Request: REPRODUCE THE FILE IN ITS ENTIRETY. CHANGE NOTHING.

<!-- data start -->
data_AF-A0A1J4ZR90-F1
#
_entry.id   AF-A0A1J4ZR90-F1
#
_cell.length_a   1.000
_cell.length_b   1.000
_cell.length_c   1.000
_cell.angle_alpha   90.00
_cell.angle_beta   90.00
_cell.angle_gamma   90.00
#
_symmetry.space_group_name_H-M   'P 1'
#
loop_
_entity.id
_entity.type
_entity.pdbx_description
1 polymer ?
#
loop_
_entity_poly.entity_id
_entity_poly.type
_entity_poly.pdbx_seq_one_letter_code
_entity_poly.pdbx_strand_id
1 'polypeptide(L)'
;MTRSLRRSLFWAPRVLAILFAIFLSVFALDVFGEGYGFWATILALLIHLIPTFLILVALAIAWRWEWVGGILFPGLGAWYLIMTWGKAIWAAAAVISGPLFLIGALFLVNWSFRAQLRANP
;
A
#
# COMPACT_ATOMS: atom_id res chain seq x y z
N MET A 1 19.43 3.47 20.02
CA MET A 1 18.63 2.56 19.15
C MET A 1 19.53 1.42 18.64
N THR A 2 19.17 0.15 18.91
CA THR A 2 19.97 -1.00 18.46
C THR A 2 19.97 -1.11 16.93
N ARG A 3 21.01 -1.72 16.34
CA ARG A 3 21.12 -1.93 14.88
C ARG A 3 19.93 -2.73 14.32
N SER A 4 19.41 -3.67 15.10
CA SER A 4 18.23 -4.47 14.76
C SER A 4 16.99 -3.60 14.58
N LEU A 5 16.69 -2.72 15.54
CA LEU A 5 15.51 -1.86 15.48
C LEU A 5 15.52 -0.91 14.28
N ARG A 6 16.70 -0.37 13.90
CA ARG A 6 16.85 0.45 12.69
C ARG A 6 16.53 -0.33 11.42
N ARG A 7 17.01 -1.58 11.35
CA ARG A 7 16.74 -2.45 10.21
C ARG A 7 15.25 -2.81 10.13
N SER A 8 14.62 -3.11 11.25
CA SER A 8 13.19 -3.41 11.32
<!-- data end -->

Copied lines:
data_AF-A0A1J4ZR90-F1
#
_entry.id   AF-A0A1J4ZR90-F1
#
_cell.length_a   1.000
_cell.length_b   1.000
_cell.length_c   1.000
_cell.angle_alpha   90.00
_cell.angle_beta   90.00
_cell.angle_gamma   90.00
#
_symmetry.space_group_name_H-M   'P 1'
#
loop_
_entity.id
_entity.type
_entity.pdbx_description
1 polymer ?
#
loop_
_entity_poly.entity_id
_entity_poly.type
_entity_poly.pdbx_seq_one_letter_code
_entity_poly.pdbx_strand_id
1 'polypeptide(L)'
;MTRSLRRSLFWAPRVLAILFAIFLSVFALDVFGEGYGFWATILALLIHLIPTFLILVALAIAWRWEWVGGILFPGLGAWYLIMTWGKAIWAAAAVISGPLFLIGALFLVNWSFRAQLRANP
;
A
#
# COMPACT_ATOMS: atom_id res chain seq x y z
N MET A 1 19.43 3.47 20.02
CA MET A 1 18.63 2.56 19.15
C MET A 1 19.53 1.42 18.64
N THR A 2 19.17 0.15 18.91
CA THR A 2 19.97 -1.00 18.46
C THR A 2 19.97 -1.11 16.93
N ARG A 3 21.01 -1.72 16.34
CA ARG A 3 21.12 -1.93 14.88
C ARG A 3 19.93 -2.73 14.32
N SER A 4 19.41 -3.67 15.10
CA SER A 4 18.23 -4.47 14.76
C SER A 4 16.99 -3.60 14.58
N LEU A 5 16.69 -2.72 15.54
CA LEU A 5 15.51 -1.86 15.48
C LEU A 5 15.52 -0.91 14.28
N ARG A 6 16.70 -0.37 13.90
CA ARG A 6 16.85 0.45 12.69
C ARG A 6 16.53 -0.33 11.42
N ARG A 7 17.01 -1.58 11.35
CA ARG A 7 16.74 -2.45 10.21
C ARG A 7 15.25 -2.81 10.13
N SER A 8 14.62 -3.11 11.25
CA SER A 8 13.19 -3.41 11.32